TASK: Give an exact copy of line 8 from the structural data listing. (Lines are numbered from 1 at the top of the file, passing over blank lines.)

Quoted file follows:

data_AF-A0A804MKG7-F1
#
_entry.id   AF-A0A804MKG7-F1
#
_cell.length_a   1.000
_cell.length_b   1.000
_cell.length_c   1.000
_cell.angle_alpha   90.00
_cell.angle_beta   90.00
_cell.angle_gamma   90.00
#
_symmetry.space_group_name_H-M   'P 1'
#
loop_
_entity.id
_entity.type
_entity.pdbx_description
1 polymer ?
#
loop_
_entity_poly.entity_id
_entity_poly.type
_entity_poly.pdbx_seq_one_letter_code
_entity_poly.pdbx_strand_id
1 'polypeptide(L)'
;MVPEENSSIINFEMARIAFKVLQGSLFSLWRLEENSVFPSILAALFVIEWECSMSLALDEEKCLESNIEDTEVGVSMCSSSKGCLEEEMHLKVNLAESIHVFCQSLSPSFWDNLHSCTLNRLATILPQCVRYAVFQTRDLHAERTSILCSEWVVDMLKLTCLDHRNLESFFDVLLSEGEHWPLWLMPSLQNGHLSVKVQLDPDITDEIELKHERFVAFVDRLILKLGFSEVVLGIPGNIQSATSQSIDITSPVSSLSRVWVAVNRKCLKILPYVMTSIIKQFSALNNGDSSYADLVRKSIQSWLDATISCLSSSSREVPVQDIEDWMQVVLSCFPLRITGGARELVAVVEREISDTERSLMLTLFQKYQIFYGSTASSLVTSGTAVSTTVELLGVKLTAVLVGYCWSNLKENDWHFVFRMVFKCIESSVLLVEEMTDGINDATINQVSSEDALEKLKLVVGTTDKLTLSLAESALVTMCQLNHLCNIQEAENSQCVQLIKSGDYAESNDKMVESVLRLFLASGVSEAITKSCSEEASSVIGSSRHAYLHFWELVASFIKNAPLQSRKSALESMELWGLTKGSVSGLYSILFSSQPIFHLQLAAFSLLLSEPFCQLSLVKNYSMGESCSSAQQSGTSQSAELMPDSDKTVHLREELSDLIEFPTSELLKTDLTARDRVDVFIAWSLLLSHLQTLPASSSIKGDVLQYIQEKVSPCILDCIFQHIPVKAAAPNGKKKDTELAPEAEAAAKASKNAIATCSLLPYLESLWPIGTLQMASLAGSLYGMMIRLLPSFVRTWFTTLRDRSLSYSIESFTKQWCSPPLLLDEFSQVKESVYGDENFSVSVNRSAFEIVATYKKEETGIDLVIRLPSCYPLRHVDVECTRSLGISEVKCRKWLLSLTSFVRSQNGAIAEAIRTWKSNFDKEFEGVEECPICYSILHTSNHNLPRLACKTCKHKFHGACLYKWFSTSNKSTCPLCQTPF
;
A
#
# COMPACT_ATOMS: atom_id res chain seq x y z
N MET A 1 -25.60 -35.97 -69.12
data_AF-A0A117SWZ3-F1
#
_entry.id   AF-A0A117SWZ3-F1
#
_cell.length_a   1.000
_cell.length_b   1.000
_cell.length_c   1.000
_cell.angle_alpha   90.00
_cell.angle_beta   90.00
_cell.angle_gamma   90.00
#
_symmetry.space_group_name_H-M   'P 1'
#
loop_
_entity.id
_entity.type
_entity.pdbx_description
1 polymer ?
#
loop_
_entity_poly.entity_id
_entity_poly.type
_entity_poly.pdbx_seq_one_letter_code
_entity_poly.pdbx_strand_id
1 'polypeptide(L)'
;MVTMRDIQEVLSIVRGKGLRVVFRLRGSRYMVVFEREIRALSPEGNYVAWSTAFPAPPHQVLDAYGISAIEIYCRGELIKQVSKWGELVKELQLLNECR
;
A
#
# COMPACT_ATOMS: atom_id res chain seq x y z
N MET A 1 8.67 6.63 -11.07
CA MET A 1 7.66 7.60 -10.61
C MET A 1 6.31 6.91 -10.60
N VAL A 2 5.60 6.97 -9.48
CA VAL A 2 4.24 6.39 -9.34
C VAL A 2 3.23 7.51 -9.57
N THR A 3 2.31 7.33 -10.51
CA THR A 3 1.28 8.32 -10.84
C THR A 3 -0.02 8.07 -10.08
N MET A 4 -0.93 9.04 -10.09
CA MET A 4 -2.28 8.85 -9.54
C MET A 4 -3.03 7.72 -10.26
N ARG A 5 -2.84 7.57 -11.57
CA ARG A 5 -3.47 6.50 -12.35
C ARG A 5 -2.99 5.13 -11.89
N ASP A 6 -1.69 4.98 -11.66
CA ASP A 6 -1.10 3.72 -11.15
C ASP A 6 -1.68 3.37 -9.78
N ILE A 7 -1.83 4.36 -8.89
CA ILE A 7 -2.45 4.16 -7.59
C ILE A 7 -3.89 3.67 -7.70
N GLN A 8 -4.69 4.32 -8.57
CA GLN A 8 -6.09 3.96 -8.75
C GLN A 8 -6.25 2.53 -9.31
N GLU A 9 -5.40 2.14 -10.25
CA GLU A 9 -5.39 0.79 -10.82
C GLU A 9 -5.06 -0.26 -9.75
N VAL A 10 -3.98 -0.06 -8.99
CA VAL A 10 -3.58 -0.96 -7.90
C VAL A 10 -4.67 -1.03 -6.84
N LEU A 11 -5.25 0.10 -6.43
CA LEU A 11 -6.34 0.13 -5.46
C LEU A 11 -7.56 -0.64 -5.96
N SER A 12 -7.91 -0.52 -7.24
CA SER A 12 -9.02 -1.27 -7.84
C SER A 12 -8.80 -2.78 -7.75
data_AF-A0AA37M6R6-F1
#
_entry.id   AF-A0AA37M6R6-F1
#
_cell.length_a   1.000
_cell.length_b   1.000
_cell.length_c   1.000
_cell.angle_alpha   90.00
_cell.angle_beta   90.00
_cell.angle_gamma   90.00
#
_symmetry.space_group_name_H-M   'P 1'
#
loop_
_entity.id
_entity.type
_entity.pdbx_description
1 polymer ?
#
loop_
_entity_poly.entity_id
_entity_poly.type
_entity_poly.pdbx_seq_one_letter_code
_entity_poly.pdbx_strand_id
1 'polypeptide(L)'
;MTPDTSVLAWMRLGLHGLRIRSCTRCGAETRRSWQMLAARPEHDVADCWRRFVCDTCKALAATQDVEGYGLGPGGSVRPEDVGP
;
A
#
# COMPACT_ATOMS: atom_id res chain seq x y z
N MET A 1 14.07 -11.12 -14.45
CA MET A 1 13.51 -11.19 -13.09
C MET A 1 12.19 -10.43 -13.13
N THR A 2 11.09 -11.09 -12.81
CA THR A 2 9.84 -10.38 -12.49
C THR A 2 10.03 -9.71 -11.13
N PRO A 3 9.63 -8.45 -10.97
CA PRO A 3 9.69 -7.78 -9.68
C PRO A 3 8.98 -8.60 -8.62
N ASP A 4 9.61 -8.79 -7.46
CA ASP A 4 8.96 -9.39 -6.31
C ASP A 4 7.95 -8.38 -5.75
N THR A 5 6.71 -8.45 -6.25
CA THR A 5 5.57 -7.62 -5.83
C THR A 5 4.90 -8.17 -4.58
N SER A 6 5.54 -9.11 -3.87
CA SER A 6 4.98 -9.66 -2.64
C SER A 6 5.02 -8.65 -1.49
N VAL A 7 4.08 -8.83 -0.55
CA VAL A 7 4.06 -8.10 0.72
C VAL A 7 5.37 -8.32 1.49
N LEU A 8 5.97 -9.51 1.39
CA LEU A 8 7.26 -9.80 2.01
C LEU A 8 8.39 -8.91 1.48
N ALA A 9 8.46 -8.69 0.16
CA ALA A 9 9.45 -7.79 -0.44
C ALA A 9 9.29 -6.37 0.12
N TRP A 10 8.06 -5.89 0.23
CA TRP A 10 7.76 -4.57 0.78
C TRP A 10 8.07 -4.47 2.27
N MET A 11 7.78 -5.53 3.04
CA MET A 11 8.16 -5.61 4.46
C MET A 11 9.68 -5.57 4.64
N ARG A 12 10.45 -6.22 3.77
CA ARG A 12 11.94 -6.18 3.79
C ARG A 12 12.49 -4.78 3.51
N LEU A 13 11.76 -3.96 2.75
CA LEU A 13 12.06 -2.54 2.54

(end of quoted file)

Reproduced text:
_cell.angle_alpha   90.00